On February 9, 2024, Georgia’s Environmental Protection Division (EPD) issued DRAFT air, water and surface mining permits to Twin Pines Minerals, LLC to operate an 820-acre mine within three miles of the Okefenokee National Wildlife Refuge and five miles to the St. Marys River. Citizens concerned about the future of our St. Marys River and Okefenokee Swamp have until April 9 (60 days) to voice their belief that this mine will harm our blackwater systems and that these permits should not be issued. EPD is also hosting a virtual public hearing on March 5 at 6:00p.
Written public comments can be submitted to email@example.com.
The permits can be reviewed HERE.
In April 2023, St. Marys Riverkeeper hosted 5 EPD representatives to discuss impacts on the St. Marys River by taking them on a tour of the upper river by vehicle and by boat. We are currently working with them to study the endangered Atlantic Sturgeon in the river along with our partners from NOAA Fisheries and US Fish and Wildlife Service. You can read EPD’s memos regarding additional assessment of potential impacts from mining operation on the St. Marys River HERE.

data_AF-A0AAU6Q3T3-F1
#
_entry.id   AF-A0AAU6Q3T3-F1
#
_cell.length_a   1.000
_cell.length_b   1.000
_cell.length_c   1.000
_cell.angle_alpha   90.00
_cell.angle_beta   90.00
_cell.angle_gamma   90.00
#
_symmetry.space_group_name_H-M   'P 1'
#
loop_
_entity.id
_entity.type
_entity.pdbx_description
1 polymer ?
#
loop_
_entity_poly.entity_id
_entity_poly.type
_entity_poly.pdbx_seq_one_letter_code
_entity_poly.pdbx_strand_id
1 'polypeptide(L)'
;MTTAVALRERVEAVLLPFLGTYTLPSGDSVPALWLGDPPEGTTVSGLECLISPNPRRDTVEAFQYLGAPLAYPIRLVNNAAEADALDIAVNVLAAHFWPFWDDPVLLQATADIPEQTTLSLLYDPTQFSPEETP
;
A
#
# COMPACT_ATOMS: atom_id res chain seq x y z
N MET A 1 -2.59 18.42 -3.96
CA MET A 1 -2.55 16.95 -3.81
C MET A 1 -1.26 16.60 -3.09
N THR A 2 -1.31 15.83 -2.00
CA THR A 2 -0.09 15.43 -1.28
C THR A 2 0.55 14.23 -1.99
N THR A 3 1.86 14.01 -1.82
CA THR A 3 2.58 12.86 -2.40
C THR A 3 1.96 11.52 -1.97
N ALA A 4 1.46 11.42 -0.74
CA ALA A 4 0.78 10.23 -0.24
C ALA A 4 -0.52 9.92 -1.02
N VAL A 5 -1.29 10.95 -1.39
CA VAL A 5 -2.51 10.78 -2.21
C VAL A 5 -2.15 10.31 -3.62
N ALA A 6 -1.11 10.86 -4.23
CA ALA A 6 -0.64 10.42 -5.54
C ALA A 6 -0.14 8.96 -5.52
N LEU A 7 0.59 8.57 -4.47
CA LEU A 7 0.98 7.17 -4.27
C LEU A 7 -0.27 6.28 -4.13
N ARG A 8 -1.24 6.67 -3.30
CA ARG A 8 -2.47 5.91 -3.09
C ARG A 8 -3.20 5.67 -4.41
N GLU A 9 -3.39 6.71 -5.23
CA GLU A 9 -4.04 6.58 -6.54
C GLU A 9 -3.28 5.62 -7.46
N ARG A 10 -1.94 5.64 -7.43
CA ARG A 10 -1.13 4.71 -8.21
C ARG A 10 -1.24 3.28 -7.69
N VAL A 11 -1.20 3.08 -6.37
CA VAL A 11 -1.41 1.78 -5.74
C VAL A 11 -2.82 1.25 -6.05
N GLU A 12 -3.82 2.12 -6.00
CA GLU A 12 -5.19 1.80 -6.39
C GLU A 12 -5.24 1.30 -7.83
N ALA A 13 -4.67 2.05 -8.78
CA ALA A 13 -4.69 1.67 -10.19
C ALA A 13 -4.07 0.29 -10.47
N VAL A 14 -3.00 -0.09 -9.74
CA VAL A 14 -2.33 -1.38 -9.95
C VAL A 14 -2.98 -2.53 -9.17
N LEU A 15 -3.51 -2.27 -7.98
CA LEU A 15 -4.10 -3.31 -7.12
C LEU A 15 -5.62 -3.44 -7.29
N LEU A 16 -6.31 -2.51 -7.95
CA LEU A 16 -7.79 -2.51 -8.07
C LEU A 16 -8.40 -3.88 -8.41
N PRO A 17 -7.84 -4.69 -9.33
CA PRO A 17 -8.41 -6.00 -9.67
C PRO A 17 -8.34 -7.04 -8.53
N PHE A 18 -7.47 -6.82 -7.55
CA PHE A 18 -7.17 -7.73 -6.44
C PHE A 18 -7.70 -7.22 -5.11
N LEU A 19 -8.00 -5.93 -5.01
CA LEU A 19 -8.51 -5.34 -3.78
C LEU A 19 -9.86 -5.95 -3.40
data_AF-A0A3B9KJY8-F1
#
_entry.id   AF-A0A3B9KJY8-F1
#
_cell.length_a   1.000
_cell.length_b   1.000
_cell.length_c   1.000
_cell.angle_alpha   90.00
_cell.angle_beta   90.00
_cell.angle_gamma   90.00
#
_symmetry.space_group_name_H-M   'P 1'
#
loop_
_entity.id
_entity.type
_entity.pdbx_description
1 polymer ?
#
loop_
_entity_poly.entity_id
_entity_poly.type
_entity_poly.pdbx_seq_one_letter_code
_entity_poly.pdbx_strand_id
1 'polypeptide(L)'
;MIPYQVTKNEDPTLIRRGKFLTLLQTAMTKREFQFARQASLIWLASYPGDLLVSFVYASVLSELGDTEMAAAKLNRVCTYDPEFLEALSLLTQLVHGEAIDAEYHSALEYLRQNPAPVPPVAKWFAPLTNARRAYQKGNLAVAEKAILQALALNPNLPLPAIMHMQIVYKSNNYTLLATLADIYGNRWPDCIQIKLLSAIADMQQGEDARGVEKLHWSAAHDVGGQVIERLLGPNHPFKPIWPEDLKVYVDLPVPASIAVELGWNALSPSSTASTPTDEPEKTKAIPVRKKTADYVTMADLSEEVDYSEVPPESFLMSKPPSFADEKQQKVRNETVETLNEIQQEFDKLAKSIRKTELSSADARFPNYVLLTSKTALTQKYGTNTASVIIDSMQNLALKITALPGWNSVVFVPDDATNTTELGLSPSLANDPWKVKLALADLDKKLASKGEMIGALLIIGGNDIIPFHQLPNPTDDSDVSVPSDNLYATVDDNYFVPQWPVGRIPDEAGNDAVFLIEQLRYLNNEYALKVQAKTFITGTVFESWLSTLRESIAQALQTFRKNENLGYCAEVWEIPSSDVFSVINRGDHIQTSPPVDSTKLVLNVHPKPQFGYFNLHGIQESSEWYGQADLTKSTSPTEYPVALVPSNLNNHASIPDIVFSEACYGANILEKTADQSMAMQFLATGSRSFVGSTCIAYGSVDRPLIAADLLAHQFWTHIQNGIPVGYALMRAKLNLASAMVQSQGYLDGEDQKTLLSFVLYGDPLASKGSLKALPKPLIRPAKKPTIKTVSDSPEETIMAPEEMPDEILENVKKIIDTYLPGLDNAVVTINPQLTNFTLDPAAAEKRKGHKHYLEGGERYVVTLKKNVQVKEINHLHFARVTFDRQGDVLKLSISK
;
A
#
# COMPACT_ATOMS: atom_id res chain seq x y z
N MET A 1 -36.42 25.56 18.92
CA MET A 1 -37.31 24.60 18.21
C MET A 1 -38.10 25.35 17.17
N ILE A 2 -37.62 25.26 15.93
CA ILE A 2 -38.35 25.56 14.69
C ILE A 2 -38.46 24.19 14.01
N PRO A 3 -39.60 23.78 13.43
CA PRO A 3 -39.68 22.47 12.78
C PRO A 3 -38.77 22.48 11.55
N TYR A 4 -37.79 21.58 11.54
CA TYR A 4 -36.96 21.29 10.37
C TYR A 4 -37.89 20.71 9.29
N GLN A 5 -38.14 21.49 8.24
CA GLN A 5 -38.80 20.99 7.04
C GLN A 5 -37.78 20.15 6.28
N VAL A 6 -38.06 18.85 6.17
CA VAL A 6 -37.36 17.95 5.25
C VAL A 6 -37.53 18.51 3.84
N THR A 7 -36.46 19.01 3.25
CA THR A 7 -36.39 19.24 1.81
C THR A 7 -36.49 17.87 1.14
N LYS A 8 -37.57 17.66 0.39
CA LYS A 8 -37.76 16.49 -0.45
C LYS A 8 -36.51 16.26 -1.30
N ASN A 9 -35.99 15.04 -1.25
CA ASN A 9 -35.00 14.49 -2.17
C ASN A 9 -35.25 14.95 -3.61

St. Marys Riverkeeper joined over 78,000 concerned citizens and groups in opposing Twin Pines Minerals’ Mining Land Use Plan (MLUP) when it was opened up for a 60-day public comment period in early 2023. Many of our comments were included in the updated MLUP although some of our questions have gone unanswered.
Twin Pines Minerals is an Alabama-based company looking to mine along Trail Ridge, at the headwaters for River Styx (flows to the Okefenokee Swamp) and Boone Creek (flows to the St. Marys River). Mining along Trail Ridge could compromise the habitat the Swamp and the St. Marys River offers to endangered species like the Red-Cockaded Woodpecker, Wood Storks, Eastern Indigo Snakes, and the Atlantic Sturgeon.
A new federal regulation called the Navigable Waters Protection Rule went into effect June 22, 2020. The rule changed the way wetlands are defined in the Clean Water Act so that federal permits and environmental impact statements will no longer be needed before building near certain waterways. The U.S. Army Corps of Engineers ruled that because of this change, it lacked jurisdiction over 376 acres of land within the proposed mining site, so Twin Pines can proceed if the Georgia Environmental Protection Division approves five permits.
Parts of the refuge’s Trail Ridge are rich in titanium and other heavy minerals. In the past, attempts to mine there have failed due to concerns about the Okefenokee. Titanium is a strong, lightweight mineral used to build everything from missiles and jet planes to orthopedics and consumer electronics. The Georgia mine will use the titanium to make pigments that whiten cosmetics, paint and other consumer products.